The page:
If you've ever been out on the golf course or watched golf on TV, someone has no doubt used the term "barky" to describe something happening on the golf course. However, for a new golfer or golf fan, they might not know what it means to get a barky on the golf course.
What is a barky in golf?
In golf, a barky (or barkie) is when a golfer hits a tree with their golf ball on any shot during a single golf hole and still makes par or better on a single golf hole.
The barky (or barkie) is a term that isn't used by every golfer, but almost every golfer definitely hits trees when they play golf. For a barky to happen, any shot -- but at least one shot -- has to hit a tree in some fashion. Obviously that's most likely to happen with a tee shot or an approach shot instead of a shot around the green.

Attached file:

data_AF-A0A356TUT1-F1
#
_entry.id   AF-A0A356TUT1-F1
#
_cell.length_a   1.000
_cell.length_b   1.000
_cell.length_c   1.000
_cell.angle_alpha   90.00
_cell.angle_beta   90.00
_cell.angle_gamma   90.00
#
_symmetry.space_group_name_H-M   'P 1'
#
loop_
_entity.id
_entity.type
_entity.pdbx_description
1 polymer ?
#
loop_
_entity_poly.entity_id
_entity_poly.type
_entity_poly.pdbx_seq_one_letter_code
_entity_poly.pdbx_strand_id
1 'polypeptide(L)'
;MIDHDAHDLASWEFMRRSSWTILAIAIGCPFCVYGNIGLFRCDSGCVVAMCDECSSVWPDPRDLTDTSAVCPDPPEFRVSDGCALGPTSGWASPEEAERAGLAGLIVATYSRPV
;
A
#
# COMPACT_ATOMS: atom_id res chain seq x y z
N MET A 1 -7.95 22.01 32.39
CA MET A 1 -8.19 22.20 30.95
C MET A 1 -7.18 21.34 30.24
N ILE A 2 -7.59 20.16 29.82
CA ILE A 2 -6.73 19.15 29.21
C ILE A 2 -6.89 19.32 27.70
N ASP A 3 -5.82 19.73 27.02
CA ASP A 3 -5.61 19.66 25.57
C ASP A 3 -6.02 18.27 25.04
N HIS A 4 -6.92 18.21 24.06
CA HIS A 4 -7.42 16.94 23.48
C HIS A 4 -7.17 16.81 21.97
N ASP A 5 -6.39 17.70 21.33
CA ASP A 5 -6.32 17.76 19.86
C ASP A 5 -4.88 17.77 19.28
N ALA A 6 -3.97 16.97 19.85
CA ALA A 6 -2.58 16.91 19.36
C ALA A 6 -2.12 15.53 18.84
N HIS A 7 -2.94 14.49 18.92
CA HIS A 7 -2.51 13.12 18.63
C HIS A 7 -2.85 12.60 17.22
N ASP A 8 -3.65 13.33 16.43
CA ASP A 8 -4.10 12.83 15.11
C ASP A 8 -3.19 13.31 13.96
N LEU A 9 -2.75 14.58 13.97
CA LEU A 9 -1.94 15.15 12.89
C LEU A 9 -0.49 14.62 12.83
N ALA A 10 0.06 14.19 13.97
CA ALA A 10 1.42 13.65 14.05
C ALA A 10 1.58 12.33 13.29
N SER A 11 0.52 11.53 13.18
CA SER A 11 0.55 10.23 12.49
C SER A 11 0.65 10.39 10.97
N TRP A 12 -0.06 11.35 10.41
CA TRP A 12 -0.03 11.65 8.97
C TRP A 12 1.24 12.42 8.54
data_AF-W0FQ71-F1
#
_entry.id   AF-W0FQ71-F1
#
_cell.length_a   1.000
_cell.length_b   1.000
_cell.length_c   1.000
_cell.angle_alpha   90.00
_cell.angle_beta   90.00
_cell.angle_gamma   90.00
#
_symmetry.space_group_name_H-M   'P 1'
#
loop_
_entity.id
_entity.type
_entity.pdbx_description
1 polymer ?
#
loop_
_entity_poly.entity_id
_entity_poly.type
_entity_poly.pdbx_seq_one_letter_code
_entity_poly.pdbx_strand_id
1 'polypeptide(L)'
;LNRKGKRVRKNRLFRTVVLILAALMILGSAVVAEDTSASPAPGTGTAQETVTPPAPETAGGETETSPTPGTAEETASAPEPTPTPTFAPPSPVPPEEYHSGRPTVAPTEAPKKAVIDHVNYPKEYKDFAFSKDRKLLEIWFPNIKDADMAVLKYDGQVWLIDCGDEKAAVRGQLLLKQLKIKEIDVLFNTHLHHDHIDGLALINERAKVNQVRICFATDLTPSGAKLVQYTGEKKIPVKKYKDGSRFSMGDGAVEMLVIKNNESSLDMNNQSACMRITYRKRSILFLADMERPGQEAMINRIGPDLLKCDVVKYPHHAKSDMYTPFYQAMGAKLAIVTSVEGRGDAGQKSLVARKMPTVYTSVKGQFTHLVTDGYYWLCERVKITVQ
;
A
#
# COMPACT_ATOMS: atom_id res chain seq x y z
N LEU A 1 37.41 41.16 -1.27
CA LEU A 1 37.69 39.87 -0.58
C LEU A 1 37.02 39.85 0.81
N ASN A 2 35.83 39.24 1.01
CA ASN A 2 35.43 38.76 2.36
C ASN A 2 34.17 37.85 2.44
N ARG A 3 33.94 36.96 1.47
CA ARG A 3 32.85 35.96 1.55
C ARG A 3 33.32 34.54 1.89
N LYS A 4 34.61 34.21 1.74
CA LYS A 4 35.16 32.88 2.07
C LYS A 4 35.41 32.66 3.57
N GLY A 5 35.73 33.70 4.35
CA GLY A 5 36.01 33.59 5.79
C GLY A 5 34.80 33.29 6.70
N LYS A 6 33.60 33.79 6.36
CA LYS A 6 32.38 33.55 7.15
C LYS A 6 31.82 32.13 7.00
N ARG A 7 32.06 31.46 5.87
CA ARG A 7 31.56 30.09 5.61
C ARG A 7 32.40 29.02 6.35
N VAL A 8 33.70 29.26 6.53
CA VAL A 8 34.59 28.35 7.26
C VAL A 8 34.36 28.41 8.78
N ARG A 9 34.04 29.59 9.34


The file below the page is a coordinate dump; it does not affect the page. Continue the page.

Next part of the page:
What about a double barky?
A barky is a great accomplishment in golf, but there's also an accomplishment called the double barky (and, conceivably, there's a triple barky). A double barky happens when a golfer hit two shots that hit trees in some fashion before going on to make par or better on a single golf hole.
In many golf games, a barky is worth points or money in a bet. So while it's not ideal to hit the ball in the woods in golf, successfully playing out of trees can be worth some cash to golfers.